The President’s decision to turn down all of the Opposition Leader’s nominees for the Chairman of the Guyana Elections Commission and make an appointment of his own, appeared to be the main area of contention during the Appeal hearing of the appointment at the Caribbean Court of Justice.
Senior Counsel Douglas Mendes, who is representing the interest of the appellant, Zulficar Mustapha, told the Judges of the CCJ that there were no consultations or discussions between the President and the Opposition Leader prior to the request for the Opposition Leader to submit his nominees.
While admitting that the Leader of the Opposition never requested dialogue or consultations before the submission of the first list, the Attorney said the obligation was on both the President and the Opposition Leader to meet with each other.
The Senior Counsel argued that once the President rejected the nominees, he should have given reasons for his rejection.
“The President is saying that the persons don’t meet the requirements because they are not eligible, then he will certainly have to say why”, the Attorney told the Judges.
He said even after the President set out the criteria for the position following a meeting with the Opposition Leader, it appeared as though he ventured away from his own requirements as he turned down other nominees.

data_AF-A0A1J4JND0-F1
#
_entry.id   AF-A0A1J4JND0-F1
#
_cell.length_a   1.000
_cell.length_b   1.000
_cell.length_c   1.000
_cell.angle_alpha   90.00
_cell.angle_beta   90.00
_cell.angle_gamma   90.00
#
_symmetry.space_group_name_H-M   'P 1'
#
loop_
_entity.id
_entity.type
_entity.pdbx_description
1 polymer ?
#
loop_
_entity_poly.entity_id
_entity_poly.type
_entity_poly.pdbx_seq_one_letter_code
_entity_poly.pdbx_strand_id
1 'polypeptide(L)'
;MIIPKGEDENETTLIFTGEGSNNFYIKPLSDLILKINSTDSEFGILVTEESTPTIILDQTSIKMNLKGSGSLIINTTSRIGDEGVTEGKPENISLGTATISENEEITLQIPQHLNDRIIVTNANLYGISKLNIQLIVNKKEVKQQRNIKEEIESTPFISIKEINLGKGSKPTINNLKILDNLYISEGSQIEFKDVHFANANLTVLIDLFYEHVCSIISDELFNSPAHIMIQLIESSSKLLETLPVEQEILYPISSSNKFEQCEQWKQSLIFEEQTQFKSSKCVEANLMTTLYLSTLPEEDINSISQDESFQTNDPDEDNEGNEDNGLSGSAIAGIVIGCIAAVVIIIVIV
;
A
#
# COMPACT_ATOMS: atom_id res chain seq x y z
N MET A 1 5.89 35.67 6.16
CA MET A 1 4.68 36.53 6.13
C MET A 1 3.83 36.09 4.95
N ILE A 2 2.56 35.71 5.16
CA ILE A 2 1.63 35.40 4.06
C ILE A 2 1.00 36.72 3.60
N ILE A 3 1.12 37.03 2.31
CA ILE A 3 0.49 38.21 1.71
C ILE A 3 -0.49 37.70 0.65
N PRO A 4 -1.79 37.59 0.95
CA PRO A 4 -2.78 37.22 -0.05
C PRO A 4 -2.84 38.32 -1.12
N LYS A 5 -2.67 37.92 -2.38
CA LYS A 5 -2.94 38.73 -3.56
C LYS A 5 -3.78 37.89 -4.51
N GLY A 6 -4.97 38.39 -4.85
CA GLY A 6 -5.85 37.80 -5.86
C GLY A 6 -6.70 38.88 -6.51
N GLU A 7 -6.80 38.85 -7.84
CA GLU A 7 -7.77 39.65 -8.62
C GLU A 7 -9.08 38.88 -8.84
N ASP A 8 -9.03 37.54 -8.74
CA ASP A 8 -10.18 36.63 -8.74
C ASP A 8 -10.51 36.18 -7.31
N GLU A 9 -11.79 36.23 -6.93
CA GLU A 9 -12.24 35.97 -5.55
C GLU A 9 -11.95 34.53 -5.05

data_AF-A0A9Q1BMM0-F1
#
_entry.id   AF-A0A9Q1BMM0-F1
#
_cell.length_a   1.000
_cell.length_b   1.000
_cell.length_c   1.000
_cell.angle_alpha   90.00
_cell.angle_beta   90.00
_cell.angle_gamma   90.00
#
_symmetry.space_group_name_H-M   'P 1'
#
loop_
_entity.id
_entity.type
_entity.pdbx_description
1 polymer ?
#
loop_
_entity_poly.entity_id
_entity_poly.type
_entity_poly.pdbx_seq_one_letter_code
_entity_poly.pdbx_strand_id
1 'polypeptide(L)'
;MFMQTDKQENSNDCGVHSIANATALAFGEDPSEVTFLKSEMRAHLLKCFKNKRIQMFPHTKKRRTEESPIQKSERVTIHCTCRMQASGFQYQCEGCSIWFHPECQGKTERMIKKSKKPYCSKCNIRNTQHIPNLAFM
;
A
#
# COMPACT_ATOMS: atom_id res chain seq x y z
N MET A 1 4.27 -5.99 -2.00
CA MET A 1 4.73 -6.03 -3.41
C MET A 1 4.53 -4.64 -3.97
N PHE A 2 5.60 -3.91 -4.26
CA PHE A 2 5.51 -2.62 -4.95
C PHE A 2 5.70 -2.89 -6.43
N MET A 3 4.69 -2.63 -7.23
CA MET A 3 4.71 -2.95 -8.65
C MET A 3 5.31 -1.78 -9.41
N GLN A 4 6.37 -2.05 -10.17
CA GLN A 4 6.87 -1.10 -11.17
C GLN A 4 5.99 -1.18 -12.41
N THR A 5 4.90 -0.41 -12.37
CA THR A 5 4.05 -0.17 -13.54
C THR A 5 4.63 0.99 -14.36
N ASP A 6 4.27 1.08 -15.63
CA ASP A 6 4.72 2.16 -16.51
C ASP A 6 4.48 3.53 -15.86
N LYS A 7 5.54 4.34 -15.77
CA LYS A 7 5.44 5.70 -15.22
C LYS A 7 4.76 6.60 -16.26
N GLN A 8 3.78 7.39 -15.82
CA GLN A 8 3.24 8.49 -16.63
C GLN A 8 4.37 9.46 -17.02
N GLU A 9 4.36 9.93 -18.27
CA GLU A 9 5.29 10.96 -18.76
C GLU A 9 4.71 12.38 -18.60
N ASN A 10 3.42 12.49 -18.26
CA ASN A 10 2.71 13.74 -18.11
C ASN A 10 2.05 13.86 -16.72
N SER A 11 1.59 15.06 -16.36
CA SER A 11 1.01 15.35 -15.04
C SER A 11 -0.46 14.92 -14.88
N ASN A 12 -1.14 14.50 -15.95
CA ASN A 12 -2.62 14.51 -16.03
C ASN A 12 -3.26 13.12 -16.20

The Attorney is asking the Court to throw out the ruling of the Guyana Court of Appeal, which found that the appointment by the President was lawful.
However, the Attorney also told the Court that owing to the other matters that will come up before it on Thursday and Friday, dealing with the no-confidence motion, the Court might be asked to suspend its order if it rules to throw out the GECOM appointment. He said if the Court throws out the appointment then it could result in elections in Guyana being further delayed.
The Attorneys representing the Guyana Attorney General in the matter argued to the Court that the President was within his right to make an appointment based on his own deliberate judgement.
The two Barbadian Attorneys, Queen Counsel, Hal Gallop and Ralph Thorne, both told the CCJ that the President followed the Constitution and did not need to provide any reason for his decision to turn down the Opposition Leader’s nominees.
Both Attorneys were grilled by the Judges of the CCJ who questioned whether by acting on his own, the President did not take the system back to what existed previously, when the President was allowed to make an appointment without any input from the Opposition.
The Attorneys argued that the issue also came down to politics and both sides wanting someone in there who would be acceptable to them.
One of the Judges of the CCJ remarked that the two sides ought to be meeting and not having an issue like this finding its way before the Caribbean Court.
The Judges did not give a date for the handing down of their ruling.